Although apathy characterizes the attitude of many fans toward Gophers women’s basketball, there is anticipation and curiosity about the team that begins play in the Big Ten Tournament tomorrow night as the No. 6 seed.
Coach Pam Borton’s team finished 8-8 during the regular season, the program’s best showing since 2009 and the last year Minnesota was invited to the NCAA Tournament. The Gophers won six of their final eight league games, and a win over No. 11 seed Wisconsin tomorrow evening would almost certainly guarantee an NCAA invite. Minnesota is 19-11 overall and may qualify for the NCAA Tournament even if the Gophers can’t win a game in the conference tourney in Indianapolis.
But Borton and her team need to build momentum in the program by not only winning a couple of NCAA tourney games this month, but also earn major success in the future with plus-.500 Big Ten records. The program has faltered since the glory days of 2003, 2004 and 2005 when Minnesota played in the Sweet 16 twice and Final Four once. The Gophers were 6th in the conference standings this season, certainly an improvement over the previous four years of 11th, 9th and two 8th place finishes.
The Gophers averaged 9,800 fans per game in 2003-2004, and 9,200 and 8,329 the following seasons, ranking in the top five or six nationally for women’s college basketball attendance. The last three seasons the Gophers have averaged 2,835, 3,277 and 3,178 fans per game.
The Gophers can do better on the court and at the box office than the results of more recent seasons. The program has the potential to be a revenue producer for the athletic department and no doubt athletic director Norwood Teague wants to see home attendance more comparable with Big Ten leaders like Purdue and Michigan State who averaged 8,031 and 7,145 fans per game this season.
Teague’s reputation is that of a basketball authority. He hired nationally respected Shaka Smart as men’s coach at VCU. Last year he dismissed Tubby Smith as Gophers men’s coach and hired Richard Pitino who has impressed with his teaching skills while working with minimal talent compared to the Big Ten’s best teams.
Teague also hired Beth Goetz last year as his department’s senior women’s administrator. Before coming to the Gophers, Goetz was at Butler where she earned praise from Bulldogs’ renowned head basketball coach Brad Stevens. Her responsibilities at Minnesota include women’s basketball and it seems likely she will play a key role in evaluating Borton after this season.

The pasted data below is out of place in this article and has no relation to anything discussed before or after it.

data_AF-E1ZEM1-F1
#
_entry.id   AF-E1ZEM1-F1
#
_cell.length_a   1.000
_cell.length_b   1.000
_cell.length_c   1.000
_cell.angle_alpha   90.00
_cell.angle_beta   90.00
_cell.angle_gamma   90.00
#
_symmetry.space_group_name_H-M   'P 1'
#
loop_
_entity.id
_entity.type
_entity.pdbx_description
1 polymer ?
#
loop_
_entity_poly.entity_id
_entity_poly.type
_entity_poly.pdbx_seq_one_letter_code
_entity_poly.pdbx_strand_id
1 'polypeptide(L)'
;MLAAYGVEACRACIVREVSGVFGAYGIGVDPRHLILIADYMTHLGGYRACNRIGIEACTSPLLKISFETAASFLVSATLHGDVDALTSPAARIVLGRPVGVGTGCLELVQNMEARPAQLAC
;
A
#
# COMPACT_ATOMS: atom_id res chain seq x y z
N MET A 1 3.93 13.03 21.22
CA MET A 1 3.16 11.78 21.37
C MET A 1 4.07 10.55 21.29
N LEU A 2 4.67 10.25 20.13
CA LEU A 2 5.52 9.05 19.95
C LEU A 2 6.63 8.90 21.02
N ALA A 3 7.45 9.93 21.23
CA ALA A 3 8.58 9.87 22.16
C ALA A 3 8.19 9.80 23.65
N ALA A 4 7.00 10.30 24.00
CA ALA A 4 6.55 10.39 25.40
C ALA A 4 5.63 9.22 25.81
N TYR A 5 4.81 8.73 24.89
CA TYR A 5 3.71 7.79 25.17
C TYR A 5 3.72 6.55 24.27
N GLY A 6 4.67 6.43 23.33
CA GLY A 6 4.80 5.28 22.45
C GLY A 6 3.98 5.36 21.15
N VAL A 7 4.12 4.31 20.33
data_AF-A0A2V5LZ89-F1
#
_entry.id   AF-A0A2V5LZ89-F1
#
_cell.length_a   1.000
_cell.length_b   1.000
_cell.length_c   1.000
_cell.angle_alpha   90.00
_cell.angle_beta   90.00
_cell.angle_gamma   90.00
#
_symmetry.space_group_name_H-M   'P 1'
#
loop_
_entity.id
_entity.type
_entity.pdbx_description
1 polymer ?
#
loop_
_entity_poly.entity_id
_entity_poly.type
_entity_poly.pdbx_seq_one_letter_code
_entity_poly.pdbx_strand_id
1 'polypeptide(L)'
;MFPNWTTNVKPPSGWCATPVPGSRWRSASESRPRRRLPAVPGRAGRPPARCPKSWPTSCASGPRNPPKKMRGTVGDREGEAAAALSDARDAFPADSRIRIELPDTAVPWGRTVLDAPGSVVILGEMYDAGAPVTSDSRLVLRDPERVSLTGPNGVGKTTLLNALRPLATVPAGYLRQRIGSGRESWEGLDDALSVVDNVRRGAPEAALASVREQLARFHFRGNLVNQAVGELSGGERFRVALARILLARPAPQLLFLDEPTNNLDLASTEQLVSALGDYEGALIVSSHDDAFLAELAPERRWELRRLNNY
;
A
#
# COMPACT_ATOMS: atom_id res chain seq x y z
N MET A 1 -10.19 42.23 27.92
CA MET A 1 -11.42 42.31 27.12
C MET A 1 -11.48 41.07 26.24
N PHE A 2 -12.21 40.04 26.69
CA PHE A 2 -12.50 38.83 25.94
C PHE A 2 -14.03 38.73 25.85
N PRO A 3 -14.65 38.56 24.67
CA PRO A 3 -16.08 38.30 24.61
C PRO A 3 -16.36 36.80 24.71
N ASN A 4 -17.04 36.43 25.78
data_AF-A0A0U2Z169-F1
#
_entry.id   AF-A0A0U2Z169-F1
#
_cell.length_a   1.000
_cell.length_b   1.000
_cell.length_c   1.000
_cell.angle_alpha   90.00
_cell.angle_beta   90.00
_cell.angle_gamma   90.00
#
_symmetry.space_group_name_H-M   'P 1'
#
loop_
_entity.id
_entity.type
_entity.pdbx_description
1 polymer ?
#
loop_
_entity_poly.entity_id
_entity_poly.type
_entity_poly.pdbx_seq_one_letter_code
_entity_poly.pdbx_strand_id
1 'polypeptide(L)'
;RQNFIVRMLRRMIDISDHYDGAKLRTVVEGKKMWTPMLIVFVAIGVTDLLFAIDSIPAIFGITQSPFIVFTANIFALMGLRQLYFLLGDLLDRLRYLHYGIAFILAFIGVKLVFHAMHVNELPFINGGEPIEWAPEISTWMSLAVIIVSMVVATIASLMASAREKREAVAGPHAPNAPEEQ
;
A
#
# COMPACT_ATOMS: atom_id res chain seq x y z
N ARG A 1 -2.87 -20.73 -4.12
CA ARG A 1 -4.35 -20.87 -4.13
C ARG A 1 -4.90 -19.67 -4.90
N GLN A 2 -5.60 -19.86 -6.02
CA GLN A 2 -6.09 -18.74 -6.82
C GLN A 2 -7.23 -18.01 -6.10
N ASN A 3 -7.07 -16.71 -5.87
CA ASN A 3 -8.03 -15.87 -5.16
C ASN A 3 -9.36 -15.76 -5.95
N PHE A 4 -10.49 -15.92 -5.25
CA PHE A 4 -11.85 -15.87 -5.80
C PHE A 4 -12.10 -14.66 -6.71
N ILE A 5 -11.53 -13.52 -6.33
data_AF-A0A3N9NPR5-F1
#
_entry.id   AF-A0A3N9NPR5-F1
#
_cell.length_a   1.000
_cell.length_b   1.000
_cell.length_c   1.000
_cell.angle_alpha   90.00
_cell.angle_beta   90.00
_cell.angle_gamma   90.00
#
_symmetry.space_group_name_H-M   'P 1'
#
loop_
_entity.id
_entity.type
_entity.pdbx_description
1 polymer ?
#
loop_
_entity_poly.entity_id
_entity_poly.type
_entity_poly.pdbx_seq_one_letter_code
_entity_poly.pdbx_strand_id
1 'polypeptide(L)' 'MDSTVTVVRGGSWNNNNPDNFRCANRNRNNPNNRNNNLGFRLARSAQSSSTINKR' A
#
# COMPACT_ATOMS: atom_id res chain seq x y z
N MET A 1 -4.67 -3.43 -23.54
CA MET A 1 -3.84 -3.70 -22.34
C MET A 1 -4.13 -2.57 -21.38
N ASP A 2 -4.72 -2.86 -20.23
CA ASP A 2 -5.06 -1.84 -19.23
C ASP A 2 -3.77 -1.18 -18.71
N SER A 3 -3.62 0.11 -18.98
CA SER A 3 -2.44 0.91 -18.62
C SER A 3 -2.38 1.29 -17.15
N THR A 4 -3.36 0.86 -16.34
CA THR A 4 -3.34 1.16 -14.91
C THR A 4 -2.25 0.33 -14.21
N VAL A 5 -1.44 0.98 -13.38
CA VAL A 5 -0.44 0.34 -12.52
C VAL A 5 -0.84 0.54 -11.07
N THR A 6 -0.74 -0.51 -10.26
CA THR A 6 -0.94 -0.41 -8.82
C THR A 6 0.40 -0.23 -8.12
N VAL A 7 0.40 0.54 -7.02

Borton has been Minnesota’s head coach since 2002. The athletic department invested significantly in her despite struggles on the court and large financial losses with the program. (Example: a May 4, 2013 Star Tribune story reported a 2011-2012 “deficit of almost $2 million.”) Borton has received over $400,000 annually since the 2008-2009 season and at that time was in the top one-third of the Big Ten’s best paid women’s coaches. Her contract extends through the 2016 season.
Among the positives Goetz could mention in an evaluation of the coach are two of Borton’s best recruits ever, junior guard Rachel Banham who led the Big Ten in scoring at 23.3 points per game and freshman center Amanda Zahui B., the conference’s top rebounder at 11.5 per game. Both players were chosen all-Big Ten first team by the media. The media and coaches chose Zahui B. as Freshman of the Year.
If Banham and Zahui B. could lead the Gophers to a couple of wins in the Big Ten tournament and two more in the NCAA, the momentum going into next season will be noticeable and that apathy bandwagon would have fewer passengers.
The Timberwolves, 30-29, wouldn’t earn a spot in the NBA Western Conference playoffs if the season ended now but Minnesota can’t be counted out. Starting tonight at Target Center against the Knicks (21-40), the Wolves face six opponents in the next seven games with records at least a half dozen wins under .500. Six of the games are at home for the Wolves who have a realistic chance to earn the eighth and final playoff spot before the season ends on April 16.
Another opportunity awaits later this month when the club has games at Dallas and Memphis, and home against Phoenix. The Mavericks, Grizzlies, Suns and Warriors are the teams most immediately ahead of the Wolves in playoff positioning.
The possibility of the Wolves earning a playoff spot this year and next is expected to have a lot to do with whether All-Star forward Kevin Love opts out of his contract in the 2015 offseason. In his five previous seasons in Minneapolis the team has yet to make the playoffs. Winning is something Love knew at UCLA and as a pro with the 2012 gold medal U.S. Olympic team.
Although the lure of playing for a better team (perhaps in a warm weather climate) is worth worrying about, Love could decide to stay here if the Wolves become a legitimate top 10 NBA team with more promise ahead. He might not find another point guard who sets him up better for open shots than Ricky Rubio. Also, don’t discount the relationship between Love and Flip Saunders, the team’s president of basketball operations who has made it a priority to develop rapport with the 25-year-old superstar.
Former Vikings coach Bud Grant will speak at the March 13 CORES luncheon at the Knights of Columbus Hall in Bloomington. Grant, who was one of the Gophers greatest athletes ever and played two seasons for the Minneapolis Lakers, coached 11 championship teams with the Vikings. Grant, who turns 87 on May 20, will have copies of his book, I Did It My Way, on sale at the luncheon. CORES is an acronym for coaches, officials, reporters, educators and sports fans. Reservations (by March 10) for the lunch and program can be made by contacting email@example.com.
Grant’s buddy Sid Hartman, the Star Tribune columnist and WCCO Radio personality, will be 94 on March 15.